As I raced out toward them — the dock was linked floats that plunged and sloshed under my feet — I could see flashes of Leslie, a rubber boot, an arm in a maroon sweatshirt, behind a cage of khaki trouser-legs. Sheriff Townes was closing the second handcuff on her wrist as I reached the group.

“Tricky, they’re taking my boat!” she wailed as the deputies hauled her to her feet.

Would you like to read the rest of that story? So would I! but I had, and still have, absolutely no idea where it could go from there.

I tried fantasy as well. This one shows a strong influence of Samuel R. Delaney’s Return to Nevèrÿon series, which was new at the time:

Across a sodden field, a scrawl in black ink against a sky of plum and smoke, was a bare tree full of doves. The distant flock of them suddenly leapt into the air; their flutter caught Franla’s eye. As he turned to watch it, the spring wind threw a net of raindrops to patter on his leather hood and sting his bare calves. A line of riders was entering the field below the whirling doves. Some wore armor.

I carried that one on for another thousand words: Franla has just sold a flock of cattle to a dealer; he turns back to the village to warn the dealer and help hide the flock from being requisitioned for army rations. Hijinks ensue — or would have, could I have thought of any. But plot, actions, just came extremely hard for me. I hated sitting at the keyboard, cudgeling my wits trying to think up what happens next. Scenery? No problem. Future tech, future economies, even interesting people, all came easily and I could describe them in readable prose. But what those people would do in those settings — nunh-unh. And that’s what fiction requires.

So off to the museum to lead the

noon tour.

Yesterday I had a group of four; today it was over 30, although as usual with a big group, some peeled off early so I ended up with about 25 at the end, and they seemed appreciative.

Back home I found

a letter from Bernadine,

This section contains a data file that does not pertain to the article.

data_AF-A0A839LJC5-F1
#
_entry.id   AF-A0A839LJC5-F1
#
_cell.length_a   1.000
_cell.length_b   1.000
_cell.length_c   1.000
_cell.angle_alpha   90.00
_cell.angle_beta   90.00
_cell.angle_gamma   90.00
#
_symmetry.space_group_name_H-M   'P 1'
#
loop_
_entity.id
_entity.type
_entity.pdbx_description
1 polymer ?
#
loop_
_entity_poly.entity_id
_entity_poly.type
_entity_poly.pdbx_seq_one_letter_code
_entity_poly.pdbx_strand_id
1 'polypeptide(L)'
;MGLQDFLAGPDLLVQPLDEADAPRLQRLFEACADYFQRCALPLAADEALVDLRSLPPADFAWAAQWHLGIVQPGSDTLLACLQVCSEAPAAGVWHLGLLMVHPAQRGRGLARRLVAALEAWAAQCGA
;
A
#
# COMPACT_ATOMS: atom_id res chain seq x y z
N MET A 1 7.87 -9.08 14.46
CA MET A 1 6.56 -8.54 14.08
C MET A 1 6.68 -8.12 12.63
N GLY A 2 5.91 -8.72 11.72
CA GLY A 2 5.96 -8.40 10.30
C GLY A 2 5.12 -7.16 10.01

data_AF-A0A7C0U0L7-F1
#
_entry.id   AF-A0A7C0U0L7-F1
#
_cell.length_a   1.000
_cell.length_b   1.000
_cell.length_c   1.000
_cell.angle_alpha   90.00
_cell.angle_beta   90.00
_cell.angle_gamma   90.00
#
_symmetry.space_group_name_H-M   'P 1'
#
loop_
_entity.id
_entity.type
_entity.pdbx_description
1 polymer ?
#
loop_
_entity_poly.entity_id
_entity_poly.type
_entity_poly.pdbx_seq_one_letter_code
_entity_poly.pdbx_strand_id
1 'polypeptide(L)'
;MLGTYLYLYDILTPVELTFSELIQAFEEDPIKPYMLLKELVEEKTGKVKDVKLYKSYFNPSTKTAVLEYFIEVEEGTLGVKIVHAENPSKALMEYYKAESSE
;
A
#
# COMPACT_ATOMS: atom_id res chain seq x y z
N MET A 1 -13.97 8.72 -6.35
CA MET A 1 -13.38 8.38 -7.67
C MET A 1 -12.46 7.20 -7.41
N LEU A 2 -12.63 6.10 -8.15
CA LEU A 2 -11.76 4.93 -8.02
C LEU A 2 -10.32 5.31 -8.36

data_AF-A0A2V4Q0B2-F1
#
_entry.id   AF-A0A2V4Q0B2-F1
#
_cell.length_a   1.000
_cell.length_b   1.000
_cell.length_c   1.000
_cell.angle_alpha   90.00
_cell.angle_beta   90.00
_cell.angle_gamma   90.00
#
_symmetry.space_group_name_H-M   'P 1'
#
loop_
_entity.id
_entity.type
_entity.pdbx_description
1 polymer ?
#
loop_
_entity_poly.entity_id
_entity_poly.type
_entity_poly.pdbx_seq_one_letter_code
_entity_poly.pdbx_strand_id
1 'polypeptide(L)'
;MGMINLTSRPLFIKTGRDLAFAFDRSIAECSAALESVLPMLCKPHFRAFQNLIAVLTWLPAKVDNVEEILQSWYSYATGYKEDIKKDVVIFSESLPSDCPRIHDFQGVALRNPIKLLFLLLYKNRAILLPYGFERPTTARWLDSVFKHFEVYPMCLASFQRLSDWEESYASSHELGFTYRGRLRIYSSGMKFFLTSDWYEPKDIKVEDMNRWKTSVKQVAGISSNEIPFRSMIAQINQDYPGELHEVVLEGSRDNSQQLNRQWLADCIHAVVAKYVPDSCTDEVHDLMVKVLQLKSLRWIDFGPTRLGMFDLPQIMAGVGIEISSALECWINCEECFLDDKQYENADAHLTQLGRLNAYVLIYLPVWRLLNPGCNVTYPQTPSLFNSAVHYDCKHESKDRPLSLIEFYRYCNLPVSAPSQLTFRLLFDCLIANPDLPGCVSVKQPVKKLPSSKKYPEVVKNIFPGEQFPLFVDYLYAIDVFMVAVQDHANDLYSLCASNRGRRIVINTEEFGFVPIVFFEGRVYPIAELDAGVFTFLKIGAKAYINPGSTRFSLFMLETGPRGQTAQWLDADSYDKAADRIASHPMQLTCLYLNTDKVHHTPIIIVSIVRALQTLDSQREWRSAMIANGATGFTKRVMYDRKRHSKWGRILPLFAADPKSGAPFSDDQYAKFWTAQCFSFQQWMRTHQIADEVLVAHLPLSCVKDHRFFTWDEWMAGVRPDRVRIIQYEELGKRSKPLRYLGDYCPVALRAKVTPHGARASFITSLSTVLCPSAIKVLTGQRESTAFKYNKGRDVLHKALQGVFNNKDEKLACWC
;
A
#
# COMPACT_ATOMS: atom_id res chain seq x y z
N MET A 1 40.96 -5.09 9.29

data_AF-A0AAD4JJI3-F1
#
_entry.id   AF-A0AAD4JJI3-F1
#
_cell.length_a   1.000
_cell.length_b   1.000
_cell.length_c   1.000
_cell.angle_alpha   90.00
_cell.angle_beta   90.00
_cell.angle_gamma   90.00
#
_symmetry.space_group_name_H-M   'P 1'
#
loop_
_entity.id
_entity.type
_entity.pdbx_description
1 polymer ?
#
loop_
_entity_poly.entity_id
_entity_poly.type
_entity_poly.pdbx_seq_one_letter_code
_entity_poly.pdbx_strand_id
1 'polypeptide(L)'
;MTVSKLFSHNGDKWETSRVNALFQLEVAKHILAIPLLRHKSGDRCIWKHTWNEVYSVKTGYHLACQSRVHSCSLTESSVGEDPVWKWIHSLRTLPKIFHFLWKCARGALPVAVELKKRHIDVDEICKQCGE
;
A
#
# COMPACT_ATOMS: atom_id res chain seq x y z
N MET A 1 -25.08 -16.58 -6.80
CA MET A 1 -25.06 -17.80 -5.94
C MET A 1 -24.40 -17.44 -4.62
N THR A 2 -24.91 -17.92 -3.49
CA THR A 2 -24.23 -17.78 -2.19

who had been looking through her mother Lolly’s photo collection and found several that featured Marian, from times in the 60s (probably) when she went camping with Lolly and her family in Yosemite. I had seen one of these in a tweet, and asked to see more. Bern enclosed the pics with a SASE.

I sat down at my computer and scanned them, touched them up, put them in the big folder of scans from last week (which I need to deal with shortly, so I can trash the slides). While the scanner was buzzing away I read another story from my 1985 work. I had completely forgotten that I placed two stories with Amazing Science Fiction magazine. I re-read the second one right from the pages of that issue of the magazine and damn, it was good. I re-read the manuscript of another, which was also very promising but unfortunately, was never finished. I still don’t know how to end it.

I copied the scans onto an SD card and included it in the return envelope with the pictures. Then I turned to another job,

triaging my tool collection

and putting the ones to keep into the new toolbox. This only took a couple of hours. Where I had duplicates, I put the more worn or rusty one in the old toolbox. Also there, tools for jobs I expect never to do again, like a plumber’s wrench, or an automotive 12-volt continuity checker.

Everything remaining is items I can imagine using when volunteering at a Repair Café or fixing some small item of my own. The new toolbox with everything in it weighs 38.4 pounds. I can schlep it but I wouldn’t want to schlep it far.

Somewhere in there I refilled the hummingbird feeders. Just about 1 cup of sugar remains in the canister, so the next refill will be the last.


Day 124, finances, docent, cleanup

Friday, 4/6/2019

Began with a run, which makes this the first week in a long time when I’ve actually run three times, M-W-F, which is my nominal goal. I cut the route a little short because of impending rain, but still, over 30 minutes of jogging.

Spent a little more time going through the box of old notes and files from my career as a free-lancer in the 1980s. Most significant were the notes and other items from my attendance at Clarion West, a six-week residential science fiction writer’s workshop. I took some very nice pictures of my classmates, who I now barely remember. I had saved notes from talks by several visiting lecturers, established authors like Norman Spinrad and Suzy McKee Charnas. The primary thing I now remember from that intense six-week immersion in writing and critiquing is that it ruined me for reading for enjoyment for a long time. It was more than a decade before I could pick up a science fiction book, or any fiction book really, and just read it. Well, it also taught me that I didn’t have what it takes to write fiction, although that didn’t stop me trying (and hasn’t yet).

Next up, I sat down with my laptop and updated the Portfolio spreadsheet I created on Day 31. This meant opening the Schwab month-end statements for the four remaining accounts (two accounts for Marian’s IRA now having been merged into mine), and copying figures from them into the spreadsheet.